If you take a look at the atmospheric circulation pattern, the Hadley Cells in particular, they tell the story. The northern edge of Africa is on the descending edge of a Hadley Cell, which means
Having lost most of its water vapor to condensation and precipitation
in the upward branch of the Hadley cell circulation, the descending
air is dry. As the air descends, low relative humidities are produced
as the air is warmed adiabatically by compression from the overlying
air, producing a region of higher pressure.
The main air mass being dry already, and the High pressure system generated by the descending air mass along the 30 degree lines work to make the physics required for precipitation just not want to happen in these regions. You have to get a combination of enough humidity to reach saturation, and then cool the air to reach its dew point. The desert region formed by the lack of atmospheric moisture(remember Hadley cell) can't add any humidity of its own through evaporation or transpiration, so the global patterns dominate, even being right on the oceans edge.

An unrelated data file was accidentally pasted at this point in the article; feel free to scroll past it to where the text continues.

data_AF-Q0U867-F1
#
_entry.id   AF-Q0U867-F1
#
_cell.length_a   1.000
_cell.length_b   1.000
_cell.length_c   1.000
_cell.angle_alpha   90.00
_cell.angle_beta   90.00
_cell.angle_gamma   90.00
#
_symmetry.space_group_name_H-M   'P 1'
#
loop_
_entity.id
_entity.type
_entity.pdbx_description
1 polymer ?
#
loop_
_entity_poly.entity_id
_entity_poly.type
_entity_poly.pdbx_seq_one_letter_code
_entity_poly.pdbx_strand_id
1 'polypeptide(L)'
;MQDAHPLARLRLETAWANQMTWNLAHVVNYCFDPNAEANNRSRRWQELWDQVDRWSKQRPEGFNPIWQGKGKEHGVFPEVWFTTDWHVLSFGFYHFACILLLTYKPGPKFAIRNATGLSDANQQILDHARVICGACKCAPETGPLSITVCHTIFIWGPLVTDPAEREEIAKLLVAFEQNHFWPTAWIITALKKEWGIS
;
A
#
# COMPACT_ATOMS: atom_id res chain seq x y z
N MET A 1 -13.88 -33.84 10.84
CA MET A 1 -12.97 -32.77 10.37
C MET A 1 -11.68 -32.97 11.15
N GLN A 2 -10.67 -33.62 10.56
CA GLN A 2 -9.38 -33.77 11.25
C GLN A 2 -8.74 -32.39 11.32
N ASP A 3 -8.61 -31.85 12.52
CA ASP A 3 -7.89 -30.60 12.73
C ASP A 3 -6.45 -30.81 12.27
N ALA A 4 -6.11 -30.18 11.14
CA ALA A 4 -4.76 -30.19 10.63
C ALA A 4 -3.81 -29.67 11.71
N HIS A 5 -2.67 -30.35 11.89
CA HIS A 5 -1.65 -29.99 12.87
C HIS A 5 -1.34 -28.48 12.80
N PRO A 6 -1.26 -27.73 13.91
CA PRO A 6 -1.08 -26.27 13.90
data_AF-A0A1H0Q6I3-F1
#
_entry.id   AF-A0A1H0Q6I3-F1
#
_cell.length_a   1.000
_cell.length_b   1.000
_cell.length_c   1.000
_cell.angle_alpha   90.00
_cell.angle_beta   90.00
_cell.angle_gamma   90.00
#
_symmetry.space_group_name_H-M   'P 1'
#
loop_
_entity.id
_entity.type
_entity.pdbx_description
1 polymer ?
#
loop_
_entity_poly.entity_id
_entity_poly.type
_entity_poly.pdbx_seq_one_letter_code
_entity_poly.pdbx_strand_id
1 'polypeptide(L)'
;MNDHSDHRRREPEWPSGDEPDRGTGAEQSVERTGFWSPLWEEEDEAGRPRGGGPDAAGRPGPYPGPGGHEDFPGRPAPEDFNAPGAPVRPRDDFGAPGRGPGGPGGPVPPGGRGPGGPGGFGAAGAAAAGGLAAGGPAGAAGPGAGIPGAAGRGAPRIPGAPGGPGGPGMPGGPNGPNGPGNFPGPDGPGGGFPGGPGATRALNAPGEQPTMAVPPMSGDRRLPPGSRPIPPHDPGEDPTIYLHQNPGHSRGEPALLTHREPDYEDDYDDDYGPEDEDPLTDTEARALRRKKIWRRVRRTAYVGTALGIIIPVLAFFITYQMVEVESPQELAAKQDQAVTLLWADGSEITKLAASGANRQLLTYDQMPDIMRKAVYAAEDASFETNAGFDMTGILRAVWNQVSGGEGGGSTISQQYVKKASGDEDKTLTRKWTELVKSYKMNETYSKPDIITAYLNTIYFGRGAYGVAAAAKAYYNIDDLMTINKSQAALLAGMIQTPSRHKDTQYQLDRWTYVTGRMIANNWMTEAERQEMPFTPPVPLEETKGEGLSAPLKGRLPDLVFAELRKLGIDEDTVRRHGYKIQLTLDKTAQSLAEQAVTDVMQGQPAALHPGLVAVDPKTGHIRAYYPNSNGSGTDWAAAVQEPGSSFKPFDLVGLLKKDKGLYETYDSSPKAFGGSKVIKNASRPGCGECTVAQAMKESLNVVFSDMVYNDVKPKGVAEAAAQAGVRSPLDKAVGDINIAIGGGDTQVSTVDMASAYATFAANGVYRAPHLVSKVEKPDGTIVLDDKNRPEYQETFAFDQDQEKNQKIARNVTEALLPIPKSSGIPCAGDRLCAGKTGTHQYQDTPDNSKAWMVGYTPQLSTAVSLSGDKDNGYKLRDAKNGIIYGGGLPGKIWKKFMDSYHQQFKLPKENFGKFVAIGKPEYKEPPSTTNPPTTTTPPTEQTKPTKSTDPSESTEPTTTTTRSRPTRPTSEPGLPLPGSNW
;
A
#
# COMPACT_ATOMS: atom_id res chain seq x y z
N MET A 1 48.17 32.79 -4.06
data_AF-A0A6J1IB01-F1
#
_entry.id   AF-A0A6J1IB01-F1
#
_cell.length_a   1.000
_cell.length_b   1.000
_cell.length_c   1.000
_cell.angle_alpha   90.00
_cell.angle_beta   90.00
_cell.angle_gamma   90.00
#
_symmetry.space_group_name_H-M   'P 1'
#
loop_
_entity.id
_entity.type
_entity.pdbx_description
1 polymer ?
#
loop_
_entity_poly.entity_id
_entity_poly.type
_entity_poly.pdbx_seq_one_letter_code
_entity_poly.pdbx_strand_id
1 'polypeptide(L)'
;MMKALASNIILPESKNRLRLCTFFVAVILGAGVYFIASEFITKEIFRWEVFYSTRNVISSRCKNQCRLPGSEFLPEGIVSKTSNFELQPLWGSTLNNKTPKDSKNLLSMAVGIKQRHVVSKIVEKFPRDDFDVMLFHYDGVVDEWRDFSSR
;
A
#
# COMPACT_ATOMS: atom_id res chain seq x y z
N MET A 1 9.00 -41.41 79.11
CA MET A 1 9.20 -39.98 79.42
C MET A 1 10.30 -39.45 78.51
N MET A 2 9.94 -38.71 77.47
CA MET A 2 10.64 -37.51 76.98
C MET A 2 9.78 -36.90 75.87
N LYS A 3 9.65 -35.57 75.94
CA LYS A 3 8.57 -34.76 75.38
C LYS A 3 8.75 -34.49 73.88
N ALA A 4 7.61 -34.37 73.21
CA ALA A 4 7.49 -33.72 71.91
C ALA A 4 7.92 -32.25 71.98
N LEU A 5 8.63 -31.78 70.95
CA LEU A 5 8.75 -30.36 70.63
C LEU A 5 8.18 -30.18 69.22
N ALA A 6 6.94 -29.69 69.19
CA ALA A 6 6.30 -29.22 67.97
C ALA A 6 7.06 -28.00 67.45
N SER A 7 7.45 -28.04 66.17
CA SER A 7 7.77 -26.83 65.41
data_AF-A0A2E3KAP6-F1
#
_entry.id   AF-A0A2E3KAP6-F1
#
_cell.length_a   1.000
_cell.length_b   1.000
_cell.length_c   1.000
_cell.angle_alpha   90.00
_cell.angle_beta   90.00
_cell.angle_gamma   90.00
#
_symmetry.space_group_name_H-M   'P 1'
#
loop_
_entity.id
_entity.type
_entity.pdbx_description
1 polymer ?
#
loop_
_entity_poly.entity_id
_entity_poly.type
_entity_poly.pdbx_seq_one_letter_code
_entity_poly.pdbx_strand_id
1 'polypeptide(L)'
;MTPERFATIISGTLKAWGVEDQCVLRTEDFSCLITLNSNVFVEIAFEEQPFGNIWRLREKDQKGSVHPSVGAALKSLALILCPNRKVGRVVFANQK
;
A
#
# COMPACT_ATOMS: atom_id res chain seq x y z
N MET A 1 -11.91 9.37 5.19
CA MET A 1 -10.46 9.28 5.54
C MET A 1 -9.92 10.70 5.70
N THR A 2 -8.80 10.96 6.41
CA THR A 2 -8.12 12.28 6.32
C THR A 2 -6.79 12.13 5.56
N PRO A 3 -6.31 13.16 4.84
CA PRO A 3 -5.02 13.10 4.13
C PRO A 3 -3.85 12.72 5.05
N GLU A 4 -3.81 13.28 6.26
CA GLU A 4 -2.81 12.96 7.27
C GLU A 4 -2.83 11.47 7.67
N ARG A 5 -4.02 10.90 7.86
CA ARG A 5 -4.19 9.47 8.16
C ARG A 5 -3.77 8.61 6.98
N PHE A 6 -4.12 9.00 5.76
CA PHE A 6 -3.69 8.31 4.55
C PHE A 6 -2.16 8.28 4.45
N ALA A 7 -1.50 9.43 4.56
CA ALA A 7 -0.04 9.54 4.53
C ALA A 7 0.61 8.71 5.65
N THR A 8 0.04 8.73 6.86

Note that Hadley cell edges at the 30 degree south also cut through the Namib,Kalahari, and in South America the Atacama deserts, with their own ocean exposure.